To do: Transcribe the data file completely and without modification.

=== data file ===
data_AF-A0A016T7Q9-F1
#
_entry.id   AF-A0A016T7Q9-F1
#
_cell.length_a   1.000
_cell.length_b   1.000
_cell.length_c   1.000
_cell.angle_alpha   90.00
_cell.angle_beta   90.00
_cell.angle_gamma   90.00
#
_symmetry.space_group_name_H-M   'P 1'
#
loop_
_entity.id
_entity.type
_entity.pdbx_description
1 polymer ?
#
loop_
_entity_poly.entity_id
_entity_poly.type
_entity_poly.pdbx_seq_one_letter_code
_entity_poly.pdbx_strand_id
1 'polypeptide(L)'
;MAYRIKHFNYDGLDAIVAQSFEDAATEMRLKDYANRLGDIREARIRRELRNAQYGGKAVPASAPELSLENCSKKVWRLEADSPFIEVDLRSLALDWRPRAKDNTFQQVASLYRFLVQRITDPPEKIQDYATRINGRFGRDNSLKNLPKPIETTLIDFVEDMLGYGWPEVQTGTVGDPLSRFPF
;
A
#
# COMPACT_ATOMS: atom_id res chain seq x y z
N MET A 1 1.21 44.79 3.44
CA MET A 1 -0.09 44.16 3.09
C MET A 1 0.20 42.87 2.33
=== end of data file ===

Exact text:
data_AF-A0A016T7Q9-F1
#
_entry.id   AF-A0A016T7Q9-F1
#
_cell.length_a   1.000
_cell.length_b   1.000
_cell.length_c   1.000
_cell.angle_alpha   90.00
_cell.angle_beta   90.00
_cell.angle_gamma   90.00
#
_symmetry.space_group_name_H-M   'P 1'
#
loop_
_entity.id
_entity.type
_entity.pdbx_description
1 polymer ?
#
loop_
_entity_poly.entity_id
_entity_poly.type
_entity_poly.pdbx_seq_one_letter_code
_entity_poly.pdbx_strand_id
1 'polypeptide(L)'
;MAYRIKHFNYDGLDAIVAQSFEDAATEMRLKDYANRLGDIREARIRRELRNAQYGGKAVPASAPELSLENCSKKVWRLEADSPFIEVDLRSLALDWRPRAKDNTFQQVASLYRFLVQRITDPPEKIQDYATRINGRFGRDNSLKNLPKPIETTLIDFVEDMLGYGWPEVQTGTVGDPLSRFPF
;
A
#
# COMPACT_ATOMS: atom_id res chain seq x y z
N MET A 1 1.21 44.79 3.44
CA MET A 1 -0.09 44.16 3.09
C MET A 1 0.20 42.87 2.33